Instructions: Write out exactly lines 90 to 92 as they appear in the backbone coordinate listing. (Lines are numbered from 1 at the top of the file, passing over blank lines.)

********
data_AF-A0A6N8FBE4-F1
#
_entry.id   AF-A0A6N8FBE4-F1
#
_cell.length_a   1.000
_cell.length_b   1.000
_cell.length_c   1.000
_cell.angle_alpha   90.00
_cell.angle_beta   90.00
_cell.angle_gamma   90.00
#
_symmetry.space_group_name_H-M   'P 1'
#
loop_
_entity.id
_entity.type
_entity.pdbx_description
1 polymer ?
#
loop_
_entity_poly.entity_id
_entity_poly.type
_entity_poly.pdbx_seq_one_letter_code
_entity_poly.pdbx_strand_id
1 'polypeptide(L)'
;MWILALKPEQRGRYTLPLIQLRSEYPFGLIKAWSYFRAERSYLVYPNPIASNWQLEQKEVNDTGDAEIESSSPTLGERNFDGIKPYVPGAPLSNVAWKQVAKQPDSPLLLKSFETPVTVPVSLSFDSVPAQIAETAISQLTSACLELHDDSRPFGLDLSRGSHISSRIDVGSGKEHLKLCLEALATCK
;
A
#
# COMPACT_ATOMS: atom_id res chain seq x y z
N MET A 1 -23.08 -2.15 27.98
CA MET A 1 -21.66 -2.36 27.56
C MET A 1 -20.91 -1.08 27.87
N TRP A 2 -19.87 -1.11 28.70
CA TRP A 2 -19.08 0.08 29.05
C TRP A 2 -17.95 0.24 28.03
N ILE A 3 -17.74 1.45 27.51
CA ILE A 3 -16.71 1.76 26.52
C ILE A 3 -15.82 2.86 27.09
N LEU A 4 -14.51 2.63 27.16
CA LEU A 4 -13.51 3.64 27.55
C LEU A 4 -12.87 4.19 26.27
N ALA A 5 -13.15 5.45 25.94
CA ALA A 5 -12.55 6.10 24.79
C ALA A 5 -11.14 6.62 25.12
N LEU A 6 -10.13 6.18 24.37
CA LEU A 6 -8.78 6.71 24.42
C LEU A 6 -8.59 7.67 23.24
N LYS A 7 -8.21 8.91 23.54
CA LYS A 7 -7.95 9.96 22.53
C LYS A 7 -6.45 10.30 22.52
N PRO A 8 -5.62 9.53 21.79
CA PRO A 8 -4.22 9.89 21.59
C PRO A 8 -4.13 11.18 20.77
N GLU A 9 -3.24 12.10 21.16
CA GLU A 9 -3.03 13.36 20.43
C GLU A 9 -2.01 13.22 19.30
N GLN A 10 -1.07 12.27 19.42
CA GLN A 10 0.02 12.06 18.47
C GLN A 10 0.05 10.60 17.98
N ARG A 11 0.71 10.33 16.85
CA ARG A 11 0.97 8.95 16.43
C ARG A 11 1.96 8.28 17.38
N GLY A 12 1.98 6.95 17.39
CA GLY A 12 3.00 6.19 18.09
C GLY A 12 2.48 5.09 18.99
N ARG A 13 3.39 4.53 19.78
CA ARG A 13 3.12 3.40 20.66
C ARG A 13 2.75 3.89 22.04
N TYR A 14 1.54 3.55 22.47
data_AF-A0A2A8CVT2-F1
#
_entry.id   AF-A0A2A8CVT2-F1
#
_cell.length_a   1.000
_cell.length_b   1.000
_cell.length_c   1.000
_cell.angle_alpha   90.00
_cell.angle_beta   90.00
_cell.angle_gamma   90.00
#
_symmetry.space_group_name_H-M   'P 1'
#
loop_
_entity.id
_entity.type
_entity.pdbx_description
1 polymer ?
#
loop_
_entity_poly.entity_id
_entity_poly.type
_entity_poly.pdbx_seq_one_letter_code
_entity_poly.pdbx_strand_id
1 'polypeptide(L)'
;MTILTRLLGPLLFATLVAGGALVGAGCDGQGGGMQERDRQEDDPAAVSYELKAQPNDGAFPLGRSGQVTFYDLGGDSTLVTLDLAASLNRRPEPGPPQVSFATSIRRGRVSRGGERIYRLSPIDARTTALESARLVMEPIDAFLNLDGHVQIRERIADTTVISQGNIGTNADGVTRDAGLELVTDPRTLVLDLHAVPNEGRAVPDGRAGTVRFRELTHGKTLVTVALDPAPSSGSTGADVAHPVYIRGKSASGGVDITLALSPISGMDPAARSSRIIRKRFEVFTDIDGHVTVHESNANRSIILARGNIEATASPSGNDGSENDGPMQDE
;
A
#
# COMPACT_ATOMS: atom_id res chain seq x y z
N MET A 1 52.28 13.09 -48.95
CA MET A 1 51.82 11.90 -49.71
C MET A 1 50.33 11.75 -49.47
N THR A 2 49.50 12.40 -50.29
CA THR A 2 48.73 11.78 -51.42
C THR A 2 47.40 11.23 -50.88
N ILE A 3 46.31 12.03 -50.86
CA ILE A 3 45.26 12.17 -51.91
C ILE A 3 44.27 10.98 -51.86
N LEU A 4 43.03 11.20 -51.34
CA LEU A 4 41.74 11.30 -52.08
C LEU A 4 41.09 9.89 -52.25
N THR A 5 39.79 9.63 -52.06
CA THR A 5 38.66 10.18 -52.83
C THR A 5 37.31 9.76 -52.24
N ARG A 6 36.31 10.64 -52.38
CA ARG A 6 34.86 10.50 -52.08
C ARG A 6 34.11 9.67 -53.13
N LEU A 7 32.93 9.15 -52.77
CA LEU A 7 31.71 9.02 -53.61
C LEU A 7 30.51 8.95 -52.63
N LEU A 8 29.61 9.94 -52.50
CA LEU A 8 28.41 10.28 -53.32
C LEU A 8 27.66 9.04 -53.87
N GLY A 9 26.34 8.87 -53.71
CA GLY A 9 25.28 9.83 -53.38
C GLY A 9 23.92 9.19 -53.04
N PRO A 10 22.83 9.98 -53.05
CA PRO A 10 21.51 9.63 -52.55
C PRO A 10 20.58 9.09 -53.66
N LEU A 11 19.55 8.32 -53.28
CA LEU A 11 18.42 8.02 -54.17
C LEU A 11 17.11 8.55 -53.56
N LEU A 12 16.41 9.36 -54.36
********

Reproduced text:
loop_
_entity_poly.entity_id
_entity_poly.type